The interesting part of this all, however, is that while it was widely known that a large majority of the female characters in WoW were in reality played by men, other players still assumed female characters to be played by females. As I played both female and male characters, I noticed a significant difference in the way I was treated by other players based on whether my character was female or not. While playing a female character, other players would give me money or items for no real reason, or would be more patient in explaining aspects of the game. Sometimes (more often than I'd like to admit), I was propositioned for nude pictures (an odd thing to ask for, if you ask me, considering that chances are very high that I could actually be male). If I was playing a male character, other players were much more likely to call me a fag and yell at me if I played poorly.
My point is, that while anyone of any gender can play either male or female, and all the players know that the gender of a character did not reflect the gender of a player, female characters were treated according to patriarchal (usually of the "benign" variety) norms.
This summer I also played a series of games, Mass Effect 1 and Mass Effect 2. In this game, the player controls a character named Commander Shepard, and the setting is in the future, in space, and so therefore many NPCs are non-human. The player, again, has the choice to play a male or female character, and to very specifically design the character's appearance. I choose to play a female Shepard because I've found that RPGs are far more interesting when one plays female characters, because NPCs are programmed to react to you differently than they would to a male PC. In Mass Effect 1, a female Shepard can pursue a romantic relationship with either a human male crew member, or with a female alien crew member (well, technically, this alien species is mono-sexual, so male and female don't make sense in this context, but the point is that the character appears female-bodied, so, for all intents and purposes, is considered female). However, a male Shepard could only pursue relationships with females (human and non-human). This, unfortunately, is not uncommon in RPGs of this ilk. It is assumed, I think, that there are no gay male gamers, so there is no need to offer the opportunity of gay male relationships in the game. Lesbians, however, become objects of male desire within the game, and the opportunity to form lesbian relationships within the game is being marketed to straight male gamers, not to possible lesbian players.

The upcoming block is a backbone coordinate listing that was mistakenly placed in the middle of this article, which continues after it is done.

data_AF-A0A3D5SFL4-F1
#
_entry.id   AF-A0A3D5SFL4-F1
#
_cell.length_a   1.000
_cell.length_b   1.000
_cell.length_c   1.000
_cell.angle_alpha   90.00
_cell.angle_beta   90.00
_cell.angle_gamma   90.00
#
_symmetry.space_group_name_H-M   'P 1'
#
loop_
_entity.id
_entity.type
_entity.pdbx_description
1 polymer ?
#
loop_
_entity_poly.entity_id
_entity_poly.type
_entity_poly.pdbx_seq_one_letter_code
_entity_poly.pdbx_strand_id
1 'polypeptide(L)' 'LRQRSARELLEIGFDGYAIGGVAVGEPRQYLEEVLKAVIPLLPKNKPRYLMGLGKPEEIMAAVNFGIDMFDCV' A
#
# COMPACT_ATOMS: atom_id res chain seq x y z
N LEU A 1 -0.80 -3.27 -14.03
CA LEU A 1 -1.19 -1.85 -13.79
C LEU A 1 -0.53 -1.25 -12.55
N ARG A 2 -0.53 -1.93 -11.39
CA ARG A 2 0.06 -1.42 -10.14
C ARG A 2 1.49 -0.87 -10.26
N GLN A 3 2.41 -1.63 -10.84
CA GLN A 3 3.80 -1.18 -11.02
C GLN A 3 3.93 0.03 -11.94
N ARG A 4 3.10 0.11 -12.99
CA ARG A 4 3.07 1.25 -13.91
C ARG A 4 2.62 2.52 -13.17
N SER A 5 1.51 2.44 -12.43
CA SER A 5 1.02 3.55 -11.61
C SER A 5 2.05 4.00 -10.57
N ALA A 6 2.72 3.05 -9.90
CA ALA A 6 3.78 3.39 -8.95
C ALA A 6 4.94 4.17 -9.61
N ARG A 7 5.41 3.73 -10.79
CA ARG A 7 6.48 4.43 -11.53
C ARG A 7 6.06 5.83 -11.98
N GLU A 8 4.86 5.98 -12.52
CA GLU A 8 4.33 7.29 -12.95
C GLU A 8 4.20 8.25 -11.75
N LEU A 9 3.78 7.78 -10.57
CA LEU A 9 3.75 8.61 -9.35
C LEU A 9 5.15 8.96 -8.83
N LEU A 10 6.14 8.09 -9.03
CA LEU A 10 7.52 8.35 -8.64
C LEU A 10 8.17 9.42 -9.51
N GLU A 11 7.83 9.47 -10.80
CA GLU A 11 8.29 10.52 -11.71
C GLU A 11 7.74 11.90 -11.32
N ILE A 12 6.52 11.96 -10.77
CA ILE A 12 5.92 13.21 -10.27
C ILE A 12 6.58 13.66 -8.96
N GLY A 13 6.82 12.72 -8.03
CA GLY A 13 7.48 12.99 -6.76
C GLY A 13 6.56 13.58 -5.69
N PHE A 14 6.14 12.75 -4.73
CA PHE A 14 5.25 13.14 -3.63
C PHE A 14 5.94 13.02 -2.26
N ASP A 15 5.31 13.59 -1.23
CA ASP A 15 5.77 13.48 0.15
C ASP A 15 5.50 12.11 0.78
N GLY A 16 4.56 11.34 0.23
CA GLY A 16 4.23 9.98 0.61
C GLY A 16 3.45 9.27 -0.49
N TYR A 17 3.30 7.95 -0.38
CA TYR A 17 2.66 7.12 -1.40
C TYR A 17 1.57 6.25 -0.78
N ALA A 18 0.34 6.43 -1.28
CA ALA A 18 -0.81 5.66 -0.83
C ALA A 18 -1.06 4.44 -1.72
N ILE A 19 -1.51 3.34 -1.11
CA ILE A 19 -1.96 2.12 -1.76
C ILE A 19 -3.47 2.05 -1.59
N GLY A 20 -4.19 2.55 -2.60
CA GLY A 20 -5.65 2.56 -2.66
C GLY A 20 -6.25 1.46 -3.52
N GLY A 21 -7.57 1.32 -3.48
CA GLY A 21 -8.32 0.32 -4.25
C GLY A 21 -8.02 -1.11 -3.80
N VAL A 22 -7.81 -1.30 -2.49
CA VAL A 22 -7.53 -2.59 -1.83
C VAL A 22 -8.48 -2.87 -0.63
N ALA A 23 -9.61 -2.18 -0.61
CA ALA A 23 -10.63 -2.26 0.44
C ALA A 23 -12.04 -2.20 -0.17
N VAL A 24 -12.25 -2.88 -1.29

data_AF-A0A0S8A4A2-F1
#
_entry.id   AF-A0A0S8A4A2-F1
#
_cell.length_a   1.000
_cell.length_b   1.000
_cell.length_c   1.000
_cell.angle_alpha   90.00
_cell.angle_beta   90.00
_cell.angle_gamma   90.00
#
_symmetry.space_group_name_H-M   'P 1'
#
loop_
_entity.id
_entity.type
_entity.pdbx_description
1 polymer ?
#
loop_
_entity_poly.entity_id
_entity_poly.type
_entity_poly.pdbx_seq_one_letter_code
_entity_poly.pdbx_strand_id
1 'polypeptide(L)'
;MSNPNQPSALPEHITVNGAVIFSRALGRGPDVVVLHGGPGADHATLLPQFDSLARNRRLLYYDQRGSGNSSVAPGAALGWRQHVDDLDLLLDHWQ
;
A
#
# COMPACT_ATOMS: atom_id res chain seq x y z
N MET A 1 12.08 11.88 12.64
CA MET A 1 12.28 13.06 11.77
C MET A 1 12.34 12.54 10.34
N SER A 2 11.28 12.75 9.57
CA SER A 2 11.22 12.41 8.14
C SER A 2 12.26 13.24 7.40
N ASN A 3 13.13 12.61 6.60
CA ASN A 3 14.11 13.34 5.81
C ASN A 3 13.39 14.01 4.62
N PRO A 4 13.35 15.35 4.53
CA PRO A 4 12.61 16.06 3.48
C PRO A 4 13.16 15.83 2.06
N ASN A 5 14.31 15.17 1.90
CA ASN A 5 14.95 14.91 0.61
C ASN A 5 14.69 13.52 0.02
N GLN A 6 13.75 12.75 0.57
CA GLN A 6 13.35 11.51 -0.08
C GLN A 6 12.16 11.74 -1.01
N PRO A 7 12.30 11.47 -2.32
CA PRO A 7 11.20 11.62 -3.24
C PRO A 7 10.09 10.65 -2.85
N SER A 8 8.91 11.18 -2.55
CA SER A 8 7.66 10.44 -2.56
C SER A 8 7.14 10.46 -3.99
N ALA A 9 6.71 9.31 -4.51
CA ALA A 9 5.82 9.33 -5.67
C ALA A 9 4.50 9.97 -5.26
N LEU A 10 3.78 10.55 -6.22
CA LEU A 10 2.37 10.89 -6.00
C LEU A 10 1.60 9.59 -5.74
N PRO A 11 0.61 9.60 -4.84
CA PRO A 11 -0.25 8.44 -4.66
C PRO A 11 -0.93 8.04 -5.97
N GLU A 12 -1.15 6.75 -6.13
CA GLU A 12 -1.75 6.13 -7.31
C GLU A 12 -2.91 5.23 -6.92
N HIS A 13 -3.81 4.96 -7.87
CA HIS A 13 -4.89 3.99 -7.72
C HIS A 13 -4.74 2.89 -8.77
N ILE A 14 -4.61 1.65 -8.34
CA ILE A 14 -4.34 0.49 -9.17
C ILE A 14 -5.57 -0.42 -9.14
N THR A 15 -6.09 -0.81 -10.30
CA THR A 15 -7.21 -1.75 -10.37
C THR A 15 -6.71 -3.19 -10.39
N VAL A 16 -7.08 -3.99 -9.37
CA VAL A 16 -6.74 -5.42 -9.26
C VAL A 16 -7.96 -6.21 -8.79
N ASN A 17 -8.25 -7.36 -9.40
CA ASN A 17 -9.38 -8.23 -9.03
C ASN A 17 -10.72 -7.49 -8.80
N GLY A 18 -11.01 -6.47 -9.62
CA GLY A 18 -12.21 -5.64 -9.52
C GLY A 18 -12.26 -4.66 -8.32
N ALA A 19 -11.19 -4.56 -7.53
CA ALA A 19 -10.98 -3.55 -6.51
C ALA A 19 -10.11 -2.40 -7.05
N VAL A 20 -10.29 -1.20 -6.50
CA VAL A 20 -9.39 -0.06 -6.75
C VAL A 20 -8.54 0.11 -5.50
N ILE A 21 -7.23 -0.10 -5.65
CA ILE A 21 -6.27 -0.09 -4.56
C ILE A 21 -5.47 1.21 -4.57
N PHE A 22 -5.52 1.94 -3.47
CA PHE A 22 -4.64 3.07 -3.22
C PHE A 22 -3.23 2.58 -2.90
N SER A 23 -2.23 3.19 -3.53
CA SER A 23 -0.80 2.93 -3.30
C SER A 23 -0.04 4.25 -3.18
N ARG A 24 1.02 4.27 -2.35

Apparently, however, the creators of Mass Effect 1 received a lot of flak for including lesbians (but not really) in their game. So, in Mass Effect 2, female Shepard is confined to males, and male Shepard is confined to females. The interesting thing -- and I also think ridiculous and hilarious -- is that while Shepard is confined to romancing the opposite sex, Shepard is not confined to romancing only humans. Yes, that's right, you can sleep with lizard men, as long as they are lizard men.
Yep. That happened in my game. I banged that guy.
I think this has something to say about heteronormativity: better for your relationships to be cross-species but heterosexual, than for you to sleep with a member of your own species who is the same gender.
Mass Effect 3 is coming out soon, though, and thankfully, I've heard, both male and female Shepard can be as gay or straight or xenosexual (I made that up, but I think it's pretty good) as they want to be.